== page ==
Monday, February 22, 2010

Culture barriers in handling loss

(October 24, 2007)

Yesterday marked 10 years since my husband lost his father.

Ten years since my mother-in-law lost her husband.

It's amazing how different families, different cultures handle loss.

My mothers side of the family buries their lost loved growing up, I remember having a place to visit my great-grandparents, my uncle...and later my Papa.

My fathers side of the family cremates their lost loved ones, but they keep memorial tablets for deceased relatives near what is called a butsudan (a wooden cabinet with doors that contains items like candlesticks, incense burners, bells, and platforms for placing offerings) so I always remember watching my Gigi (my Japanese grandfather) meditating in front of the family butsudan.

As a young girl, I would occasionally mimic my Gigi when nobody was looking. I would stand in front of the butsudan, light a stick of incense, hold my Gigi's prayer beads and close my eyes and hum. Then I would quickly (and quietly) hit the little bell and run away before someone caught me.

Though it seemed like a game at first, I slowly realized Gigi did this out of respect for his religion, out of respect for his lost relatives.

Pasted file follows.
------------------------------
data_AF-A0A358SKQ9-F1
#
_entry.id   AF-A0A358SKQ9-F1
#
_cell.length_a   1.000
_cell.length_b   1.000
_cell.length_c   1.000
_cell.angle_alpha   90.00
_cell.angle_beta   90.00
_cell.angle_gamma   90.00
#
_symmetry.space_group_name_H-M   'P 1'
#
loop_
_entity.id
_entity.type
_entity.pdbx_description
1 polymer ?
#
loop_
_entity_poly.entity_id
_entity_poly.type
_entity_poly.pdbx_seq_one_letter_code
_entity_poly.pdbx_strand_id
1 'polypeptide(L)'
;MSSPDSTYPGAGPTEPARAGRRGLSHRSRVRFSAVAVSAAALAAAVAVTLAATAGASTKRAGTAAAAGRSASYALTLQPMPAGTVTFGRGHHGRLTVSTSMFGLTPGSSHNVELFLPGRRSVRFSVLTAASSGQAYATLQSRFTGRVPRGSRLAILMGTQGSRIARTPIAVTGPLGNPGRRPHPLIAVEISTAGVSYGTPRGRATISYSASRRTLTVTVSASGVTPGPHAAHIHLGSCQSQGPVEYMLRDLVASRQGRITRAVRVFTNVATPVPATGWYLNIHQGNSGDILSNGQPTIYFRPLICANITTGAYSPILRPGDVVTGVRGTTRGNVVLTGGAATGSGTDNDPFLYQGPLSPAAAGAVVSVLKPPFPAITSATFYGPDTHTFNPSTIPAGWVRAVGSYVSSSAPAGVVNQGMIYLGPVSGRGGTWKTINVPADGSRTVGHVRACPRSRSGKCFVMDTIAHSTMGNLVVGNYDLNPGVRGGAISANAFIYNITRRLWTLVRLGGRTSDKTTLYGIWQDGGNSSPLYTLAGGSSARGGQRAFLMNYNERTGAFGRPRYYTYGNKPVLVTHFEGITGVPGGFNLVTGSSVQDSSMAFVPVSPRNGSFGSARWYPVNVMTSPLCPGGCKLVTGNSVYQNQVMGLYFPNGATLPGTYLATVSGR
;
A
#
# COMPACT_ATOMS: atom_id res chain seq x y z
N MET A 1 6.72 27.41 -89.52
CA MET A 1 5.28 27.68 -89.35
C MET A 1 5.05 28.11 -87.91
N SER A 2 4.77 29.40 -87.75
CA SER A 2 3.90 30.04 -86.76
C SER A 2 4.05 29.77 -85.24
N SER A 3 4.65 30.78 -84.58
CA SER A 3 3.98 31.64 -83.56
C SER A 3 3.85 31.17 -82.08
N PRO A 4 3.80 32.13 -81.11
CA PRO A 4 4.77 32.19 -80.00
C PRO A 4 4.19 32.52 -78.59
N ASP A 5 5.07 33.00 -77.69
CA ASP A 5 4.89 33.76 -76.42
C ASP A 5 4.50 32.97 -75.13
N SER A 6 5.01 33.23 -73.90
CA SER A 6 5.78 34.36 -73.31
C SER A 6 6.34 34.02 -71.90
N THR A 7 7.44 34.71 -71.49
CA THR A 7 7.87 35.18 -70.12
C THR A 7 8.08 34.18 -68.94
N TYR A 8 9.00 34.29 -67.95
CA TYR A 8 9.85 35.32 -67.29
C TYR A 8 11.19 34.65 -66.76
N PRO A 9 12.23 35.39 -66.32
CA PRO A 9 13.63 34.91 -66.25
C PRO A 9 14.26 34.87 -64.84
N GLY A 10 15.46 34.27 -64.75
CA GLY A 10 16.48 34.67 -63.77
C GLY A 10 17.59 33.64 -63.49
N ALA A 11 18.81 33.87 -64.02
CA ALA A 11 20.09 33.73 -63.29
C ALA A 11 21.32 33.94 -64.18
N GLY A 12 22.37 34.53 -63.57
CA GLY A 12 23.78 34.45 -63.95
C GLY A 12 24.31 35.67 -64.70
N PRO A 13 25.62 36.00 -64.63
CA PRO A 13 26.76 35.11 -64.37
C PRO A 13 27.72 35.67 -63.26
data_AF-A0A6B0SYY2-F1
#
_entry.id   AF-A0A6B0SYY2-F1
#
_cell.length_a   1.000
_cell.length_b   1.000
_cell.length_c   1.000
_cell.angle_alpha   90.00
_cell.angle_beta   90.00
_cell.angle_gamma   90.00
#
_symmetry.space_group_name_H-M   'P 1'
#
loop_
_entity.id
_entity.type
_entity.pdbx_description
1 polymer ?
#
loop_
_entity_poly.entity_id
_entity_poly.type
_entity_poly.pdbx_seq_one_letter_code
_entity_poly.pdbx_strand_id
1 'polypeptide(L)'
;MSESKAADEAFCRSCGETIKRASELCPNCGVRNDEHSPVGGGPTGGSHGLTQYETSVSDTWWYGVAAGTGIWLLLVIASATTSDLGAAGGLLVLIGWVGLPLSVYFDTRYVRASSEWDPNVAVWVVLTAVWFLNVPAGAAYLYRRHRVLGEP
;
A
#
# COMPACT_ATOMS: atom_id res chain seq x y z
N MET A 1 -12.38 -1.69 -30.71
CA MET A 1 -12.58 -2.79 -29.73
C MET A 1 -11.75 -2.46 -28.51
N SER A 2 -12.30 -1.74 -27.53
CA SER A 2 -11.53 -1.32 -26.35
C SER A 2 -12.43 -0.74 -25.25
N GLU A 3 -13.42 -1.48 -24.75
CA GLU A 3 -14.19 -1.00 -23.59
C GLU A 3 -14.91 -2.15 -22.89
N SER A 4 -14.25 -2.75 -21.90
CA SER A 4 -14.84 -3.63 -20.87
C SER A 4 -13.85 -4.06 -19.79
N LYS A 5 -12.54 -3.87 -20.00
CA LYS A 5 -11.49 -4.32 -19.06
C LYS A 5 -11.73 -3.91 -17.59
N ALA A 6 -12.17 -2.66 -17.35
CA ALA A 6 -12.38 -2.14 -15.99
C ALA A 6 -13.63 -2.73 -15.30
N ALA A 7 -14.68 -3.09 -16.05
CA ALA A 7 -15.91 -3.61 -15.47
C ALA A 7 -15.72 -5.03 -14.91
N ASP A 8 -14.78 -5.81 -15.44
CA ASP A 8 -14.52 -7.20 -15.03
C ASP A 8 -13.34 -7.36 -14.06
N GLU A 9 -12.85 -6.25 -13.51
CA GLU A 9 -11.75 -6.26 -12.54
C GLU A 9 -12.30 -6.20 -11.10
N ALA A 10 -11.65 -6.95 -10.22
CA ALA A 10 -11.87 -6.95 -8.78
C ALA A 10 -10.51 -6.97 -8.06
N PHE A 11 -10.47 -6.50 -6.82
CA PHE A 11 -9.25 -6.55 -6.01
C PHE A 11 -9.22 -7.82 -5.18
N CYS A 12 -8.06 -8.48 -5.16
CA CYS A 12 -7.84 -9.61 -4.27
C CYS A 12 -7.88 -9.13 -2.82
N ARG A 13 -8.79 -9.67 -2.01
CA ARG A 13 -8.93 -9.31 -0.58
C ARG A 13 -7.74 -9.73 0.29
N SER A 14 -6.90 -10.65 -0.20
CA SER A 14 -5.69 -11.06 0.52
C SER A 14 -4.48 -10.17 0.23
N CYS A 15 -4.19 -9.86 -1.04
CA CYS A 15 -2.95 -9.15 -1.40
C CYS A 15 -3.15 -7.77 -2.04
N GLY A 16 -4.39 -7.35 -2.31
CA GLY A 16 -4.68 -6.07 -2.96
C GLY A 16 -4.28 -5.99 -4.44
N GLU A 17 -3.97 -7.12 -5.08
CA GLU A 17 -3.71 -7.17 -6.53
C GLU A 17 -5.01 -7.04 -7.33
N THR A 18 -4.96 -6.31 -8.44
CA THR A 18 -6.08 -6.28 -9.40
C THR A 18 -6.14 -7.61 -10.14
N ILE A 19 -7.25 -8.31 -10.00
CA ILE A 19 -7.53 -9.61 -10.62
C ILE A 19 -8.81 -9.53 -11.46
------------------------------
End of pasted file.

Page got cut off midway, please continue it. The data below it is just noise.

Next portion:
I soon appreciated being able to just watch and listen to my Gigi meditate in front of the felt as if he were communicating with the dead, and I was there to witness it.

My husband's father was cremated....but his ashes remain with my mother-in-law. They haven't spread the ashes, they don't have a specific place to hold the ashes (as far as I know), they don't have a "place" to visit him.

Not having somewhere to talk to him, somewhere to just sit and know you're "with" him really boggles my mind.

I've mentioned this to my husband before...and he simply shrugs it off saying he doesn't need a "place"...that he's always "with" him. I understand that.  I feel that way about my lost loved ones too....but for's very important to have a place I can physically go to...just because.

Last night, to remember and celebrate the life of their father and husband, the family gathered and went to the park together and then to dinner.

I missed the park outing, but caught up with everyone for dinner.

It was light-hearted for the most part, and then as the evening came to a close, my mother-in-law shared some loving words with her children and then she turned to me and said, "he would have really loved you."

I could tell she meant it, and it really meant a lot to me.

I am saddened that I never got to meet my father-in-law.

Based on all the stories I've heard...I think we would've had a really good time

I wish I did have a place to visit with him though.

I'd like to bring him flowers....or light a stick of incense for him...

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